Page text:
The old Atom based Chromebook uses more than twice the idle power of the new version - it's no wonder Google was able to get away with a battery half the size. Once again however we see a much larger increase in power consumption once the Cortex A15 is under heavy load. Active power consumption more than doubles on the new Chromebook, while we see around a 30% increase on the Atom based system. I do wonder what will have to be done to get the Exynos 5 Dual into a smartphone as an increase of ~4W under load just won't cut it in a phone. The Atom platform shows a 2.6W increase in power under load, which sounds about right for a high clocked 45nm part.

Web Browsing Battery Life

Despite the more power efficient platform, the reduction in battery capacity puts the new Chromebook well below the Atom model in battery life. Our wireless web browsing test put the new Chromebook at just over 6 hours of continuous use on a single charge. For a notebook that's not too bad, but compared to modern tablets it's not good.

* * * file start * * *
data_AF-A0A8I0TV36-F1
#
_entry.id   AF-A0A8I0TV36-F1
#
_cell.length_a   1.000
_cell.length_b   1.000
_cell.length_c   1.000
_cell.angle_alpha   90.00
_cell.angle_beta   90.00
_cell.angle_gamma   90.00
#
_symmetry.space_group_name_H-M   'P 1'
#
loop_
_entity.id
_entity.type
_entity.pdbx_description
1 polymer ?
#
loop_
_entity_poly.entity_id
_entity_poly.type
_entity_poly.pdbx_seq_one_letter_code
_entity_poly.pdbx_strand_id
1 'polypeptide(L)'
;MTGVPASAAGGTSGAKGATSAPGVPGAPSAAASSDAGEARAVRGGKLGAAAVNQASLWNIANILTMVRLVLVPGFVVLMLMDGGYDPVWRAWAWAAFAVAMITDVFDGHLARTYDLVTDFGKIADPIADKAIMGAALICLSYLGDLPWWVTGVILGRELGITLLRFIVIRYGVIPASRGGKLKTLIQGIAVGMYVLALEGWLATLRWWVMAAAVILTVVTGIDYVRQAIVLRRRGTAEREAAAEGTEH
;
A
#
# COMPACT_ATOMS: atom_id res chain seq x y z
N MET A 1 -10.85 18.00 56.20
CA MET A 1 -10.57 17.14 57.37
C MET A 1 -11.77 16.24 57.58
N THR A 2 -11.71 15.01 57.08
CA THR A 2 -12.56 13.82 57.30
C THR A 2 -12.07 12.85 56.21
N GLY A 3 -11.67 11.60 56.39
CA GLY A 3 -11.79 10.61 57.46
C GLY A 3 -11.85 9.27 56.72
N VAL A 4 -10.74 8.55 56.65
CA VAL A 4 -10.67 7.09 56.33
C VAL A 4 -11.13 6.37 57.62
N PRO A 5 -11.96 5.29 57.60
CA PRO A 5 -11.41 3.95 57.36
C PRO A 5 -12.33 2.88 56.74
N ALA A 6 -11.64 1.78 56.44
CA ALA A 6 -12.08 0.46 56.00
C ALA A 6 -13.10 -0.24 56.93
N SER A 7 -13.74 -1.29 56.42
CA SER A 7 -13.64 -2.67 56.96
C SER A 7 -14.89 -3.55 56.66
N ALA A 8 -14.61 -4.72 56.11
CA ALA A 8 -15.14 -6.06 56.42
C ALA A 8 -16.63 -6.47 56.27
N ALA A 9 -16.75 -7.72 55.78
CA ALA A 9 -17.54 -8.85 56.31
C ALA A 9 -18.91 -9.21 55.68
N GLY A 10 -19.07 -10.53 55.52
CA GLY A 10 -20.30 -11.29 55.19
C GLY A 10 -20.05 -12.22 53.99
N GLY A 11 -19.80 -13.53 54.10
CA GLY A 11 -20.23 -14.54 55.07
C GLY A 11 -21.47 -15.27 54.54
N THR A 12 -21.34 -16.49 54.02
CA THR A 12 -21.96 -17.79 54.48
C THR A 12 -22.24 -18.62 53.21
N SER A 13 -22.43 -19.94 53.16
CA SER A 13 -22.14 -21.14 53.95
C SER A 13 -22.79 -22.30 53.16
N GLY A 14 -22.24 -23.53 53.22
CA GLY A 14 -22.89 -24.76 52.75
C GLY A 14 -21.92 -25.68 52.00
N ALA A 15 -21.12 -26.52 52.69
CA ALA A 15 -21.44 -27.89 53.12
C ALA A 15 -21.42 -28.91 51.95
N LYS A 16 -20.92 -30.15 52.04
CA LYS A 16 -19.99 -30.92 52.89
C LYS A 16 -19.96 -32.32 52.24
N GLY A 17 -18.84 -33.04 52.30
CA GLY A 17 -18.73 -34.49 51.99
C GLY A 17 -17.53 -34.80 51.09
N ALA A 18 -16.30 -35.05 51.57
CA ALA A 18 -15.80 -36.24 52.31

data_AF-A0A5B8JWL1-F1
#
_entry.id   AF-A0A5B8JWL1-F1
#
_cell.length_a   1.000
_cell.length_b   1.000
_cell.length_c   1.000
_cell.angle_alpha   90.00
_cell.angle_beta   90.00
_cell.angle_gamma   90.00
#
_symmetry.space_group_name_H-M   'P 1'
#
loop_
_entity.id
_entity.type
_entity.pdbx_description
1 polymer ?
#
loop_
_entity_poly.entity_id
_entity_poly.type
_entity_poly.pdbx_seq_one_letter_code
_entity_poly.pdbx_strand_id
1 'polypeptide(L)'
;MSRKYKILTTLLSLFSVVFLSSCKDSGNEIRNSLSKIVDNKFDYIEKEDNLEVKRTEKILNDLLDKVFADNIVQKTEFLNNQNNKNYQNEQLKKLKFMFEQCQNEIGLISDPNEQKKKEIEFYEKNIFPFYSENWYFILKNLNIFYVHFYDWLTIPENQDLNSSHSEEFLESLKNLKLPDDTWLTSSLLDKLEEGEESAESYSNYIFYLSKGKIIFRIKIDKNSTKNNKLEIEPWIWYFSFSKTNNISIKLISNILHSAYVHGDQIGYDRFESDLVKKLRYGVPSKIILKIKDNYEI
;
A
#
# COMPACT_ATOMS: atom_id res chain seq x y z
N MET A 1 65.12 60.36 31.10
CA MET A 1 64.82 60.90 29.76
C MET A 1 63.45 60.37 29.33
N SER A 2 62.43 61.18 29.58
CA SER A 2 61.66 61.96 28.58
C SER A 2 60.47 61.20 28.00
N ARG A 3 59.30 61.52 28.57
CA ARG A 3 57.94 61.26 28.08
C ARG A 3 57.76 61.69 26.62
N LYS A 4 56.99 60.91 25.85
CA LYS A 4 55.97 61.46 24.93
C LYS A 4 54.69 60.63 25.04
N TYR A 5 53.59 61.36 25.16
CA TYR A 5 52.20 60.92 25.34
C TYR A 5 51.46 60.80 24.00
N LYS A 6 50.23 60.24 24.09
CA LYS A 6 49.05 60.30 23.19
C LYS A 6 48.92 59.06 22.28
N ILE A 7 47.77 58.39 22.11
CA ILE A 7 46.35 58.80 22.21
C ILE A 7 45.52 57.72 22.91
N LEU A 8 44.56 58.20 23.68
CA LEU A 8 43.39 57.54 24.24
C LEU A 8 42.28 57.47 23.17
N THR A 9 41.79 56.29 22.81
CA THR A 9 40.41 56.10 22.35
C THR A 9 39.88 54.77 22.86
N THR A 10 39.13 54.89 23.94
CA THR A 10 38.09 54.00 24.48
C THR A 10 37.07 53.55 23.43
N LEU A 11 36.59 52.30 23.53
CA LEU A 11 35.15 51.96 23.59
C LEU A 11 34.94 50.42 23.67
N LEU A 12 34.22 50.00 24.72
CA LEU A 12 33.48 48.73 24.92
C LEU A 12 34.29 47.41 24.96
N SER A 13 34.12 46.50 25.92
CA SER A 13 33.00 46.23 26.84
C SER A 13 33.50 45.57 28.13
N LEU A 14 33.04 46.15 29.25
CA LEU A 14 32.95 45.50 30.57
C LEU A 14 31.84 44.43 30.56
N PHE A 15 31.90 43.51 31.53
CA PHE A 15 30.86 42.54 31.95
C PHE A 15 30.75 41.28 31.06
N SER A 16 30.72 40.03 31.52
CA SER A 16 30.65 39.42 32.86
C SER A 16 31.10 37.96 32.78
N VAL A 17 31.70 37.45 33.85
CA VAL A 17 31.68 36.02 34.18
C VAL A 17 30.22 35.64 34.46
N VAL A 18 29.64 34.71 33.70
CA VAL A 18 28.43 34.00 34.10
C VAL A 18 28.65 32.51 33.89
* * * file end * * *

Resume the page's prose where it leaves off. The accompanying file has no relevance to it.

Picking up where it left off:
The performance gains over Atom (and by extension, the ARM Cortex A9) do give us some indication as to what could be done to get Exynos 5 into a smartphone. By dropping clocks much lower than 1.7GHz Samsung would be able to maintain a performance advantage in a very power constrained device and hopefully keep power in check. The photo above features a list of all of the voltage levels supported by Samsung's Exynos 5 Dual as implemented in the new Chromebook.

Performance: Atom vs. ARM's Cortex A15 Final Words
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  • extide - Wednesday, October 31, 2012 - link

    Yeah, basically this next gen 22nm Atom core is going to be make it of break it for the Atom. I can see the Atom getting canned entirely if the 2nd gen core on 22nm sucks. Reply
  • andrewaggb - Wednesday, October 31, 2012 - link

    Yeah, intel must be feeling crazy pressure. They are 6-12 months behind. Both Haswell and the new atom should be coming out now with windows 8. Reply
  • amdwilliam1985 - Wednesday, October 31, 2012 - link

    I'm impressed by the ARM performance, besides the performance and battery life, there is also the cost to consider. As far as I know, ARM cpu cost much less than x86 cpu.
    If I can get 50% of power for 25% of the price, that sounds like a good trade off in many scenarios.
    Reply
  • wsw1982 - Thursday, November 01, 2012 - link